As a writer, my job is to make the reader care.  To make a reader feel something.  And to do that I have to care, I have to feel something.  These people in my head have to feel real for me, so I can make them feel real to the reader.  This explains why I get a massage every two weeks.  Because these problems my character have and experience, I experience too.  I get shot at.  My mom had cancer.  I need a heart transplant.  I take on those problems as my own.

So often when I’m knee deep into a book, my husband will ask, “Where’s your head?”  Then he answers the question before I do. “You’re thinking about your book, aren’t you?”  Yeah, the people in my life often share me with the people in my mind.

So often when I’m living my life, I think about the characters that live cozied up in my cerebral storage area I’ve arranged for them.  So often when I’m alone in my study, those characters will crack me up.  I’ll laugh.  Then there are times I cry.  Sometimes I scare the crap out of myself.  Ahh, but I also I fall in love and I get to feel that glowing feeling that makes your chest feel huge.  I experience the wonder of sweet kisses, of those warm hugs.  I make best friends with people who make me laugh and who will be there for me no matter what.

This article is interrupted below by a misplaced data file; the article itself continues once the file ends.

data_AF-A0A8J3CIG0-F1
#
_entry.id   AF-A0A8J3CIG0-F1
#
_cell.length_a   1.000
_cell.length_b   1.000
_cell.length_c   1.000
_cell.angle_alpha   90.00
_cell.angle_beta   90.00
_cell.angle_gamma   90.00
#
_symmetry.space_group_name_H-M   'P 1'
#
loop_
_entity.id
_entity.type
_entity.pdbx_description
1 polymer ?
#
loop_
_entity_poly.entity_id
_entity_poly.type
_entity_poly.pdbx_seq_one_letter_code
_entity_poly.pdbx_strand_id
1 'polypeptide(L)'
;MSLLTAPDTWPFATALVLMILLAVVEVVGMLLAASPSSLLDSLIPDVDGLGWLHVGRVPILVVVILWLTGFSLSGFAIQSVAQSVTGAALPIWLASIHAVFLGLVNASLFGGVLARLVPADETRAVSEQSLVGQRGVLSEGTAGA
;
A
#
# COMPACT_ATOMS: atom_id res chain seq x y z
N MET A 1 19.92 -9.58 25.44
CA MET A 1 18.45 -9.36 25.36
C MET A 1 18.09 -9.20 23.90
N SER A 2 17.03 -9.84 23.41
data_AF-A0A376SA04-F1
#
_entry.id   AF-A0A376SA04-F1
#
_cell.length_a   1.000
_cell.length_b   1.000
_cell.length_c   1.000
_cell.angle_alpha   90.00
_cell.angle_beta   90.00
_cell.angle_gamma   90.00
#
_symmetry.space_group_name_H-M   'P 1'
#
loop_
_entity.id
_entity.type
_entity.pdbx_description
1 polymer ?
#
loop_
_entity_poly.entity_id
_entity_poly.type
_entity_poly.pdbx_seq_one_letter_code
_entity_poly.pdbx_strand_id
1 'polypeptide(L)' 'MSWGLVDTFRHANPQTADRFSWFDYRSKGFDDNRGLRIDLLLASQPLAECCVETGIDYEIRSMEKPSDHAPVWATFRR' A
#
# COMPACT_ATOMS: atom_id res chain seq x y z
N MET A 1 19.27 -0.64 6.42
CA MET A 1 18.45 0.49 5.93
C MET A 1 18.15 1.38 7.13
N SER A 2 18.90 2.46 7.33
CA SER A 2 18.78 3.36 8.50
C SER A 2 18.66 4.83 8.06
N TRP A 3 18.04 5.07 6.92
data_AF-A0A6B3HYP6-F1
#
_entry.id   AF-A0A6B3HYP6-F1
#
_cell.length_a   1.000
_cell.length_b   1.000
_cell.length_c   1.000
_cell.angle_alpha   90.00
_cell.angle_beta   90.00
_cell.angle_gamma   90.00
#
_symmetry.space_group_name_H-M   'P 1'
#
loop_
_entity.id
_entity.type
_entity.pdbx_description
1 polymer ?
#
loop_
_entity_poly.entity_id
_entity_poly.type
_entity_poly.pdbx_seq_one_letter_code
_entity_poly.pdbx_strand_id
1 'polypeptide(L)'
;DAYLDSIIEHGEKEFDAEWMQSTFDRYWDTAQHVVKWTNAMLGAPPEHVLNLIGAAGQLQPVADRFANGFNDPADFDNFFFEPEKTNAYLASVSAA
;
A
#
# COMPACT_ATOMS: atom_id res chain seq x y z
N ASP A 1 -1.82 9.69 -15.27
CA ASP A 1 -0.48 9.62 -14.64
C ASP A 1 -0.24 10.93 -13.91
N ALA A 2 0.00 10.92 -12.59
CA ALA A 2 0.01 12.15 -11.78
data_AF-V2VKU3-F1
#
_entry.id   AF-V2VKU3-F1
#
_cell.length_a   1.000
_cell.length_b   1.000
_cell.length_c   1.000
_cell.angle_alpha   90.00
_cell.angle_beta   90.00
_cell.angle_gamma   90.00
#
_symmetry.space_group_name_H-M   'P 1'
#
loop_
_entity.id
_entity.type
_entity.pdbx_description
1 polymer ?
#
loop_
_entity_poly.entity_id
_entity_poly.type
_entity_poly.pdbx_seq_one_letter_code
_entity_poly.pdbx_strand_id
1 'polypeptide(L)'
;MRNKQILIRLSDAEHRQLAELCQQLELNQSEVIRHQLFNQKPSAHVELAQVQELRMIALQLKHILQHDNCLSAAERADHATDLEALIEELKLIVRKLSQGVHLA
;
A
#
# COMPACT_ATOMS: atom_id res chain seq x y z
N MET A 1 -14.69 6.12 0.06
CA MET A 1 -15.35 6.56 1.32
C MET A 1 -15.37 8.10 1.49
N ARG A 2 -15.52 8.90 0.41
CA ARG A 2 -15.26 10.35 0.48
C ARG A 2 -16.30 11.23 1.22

I help find these people resolutions.  In a C.C. Hunter or a Christie Craig book, I always find happy endings.  But after those endings, after a long nose-to-the-grindstone marathon to finish before my deadline, I feel a little lost.  The first day I wake up and no longer need to go spend time with Chloe and Cash, or Mark and Annie, I feel a little lost and anxious. I’m like oh, my, what am I supposed to do now?  Then I realize, oh yeah, it’s almost Mother’s Day and I need to go shopping for my mom.  That’s right, I have a real life that I can focus on.  And I do focus on it.  But I know it won’t take but a few days before I’ll have someone else move in and  they’ll redecorate their special spot in my mind, I’ll discover their problems, their quirkiness, and they’ll become part of my life for the next few months.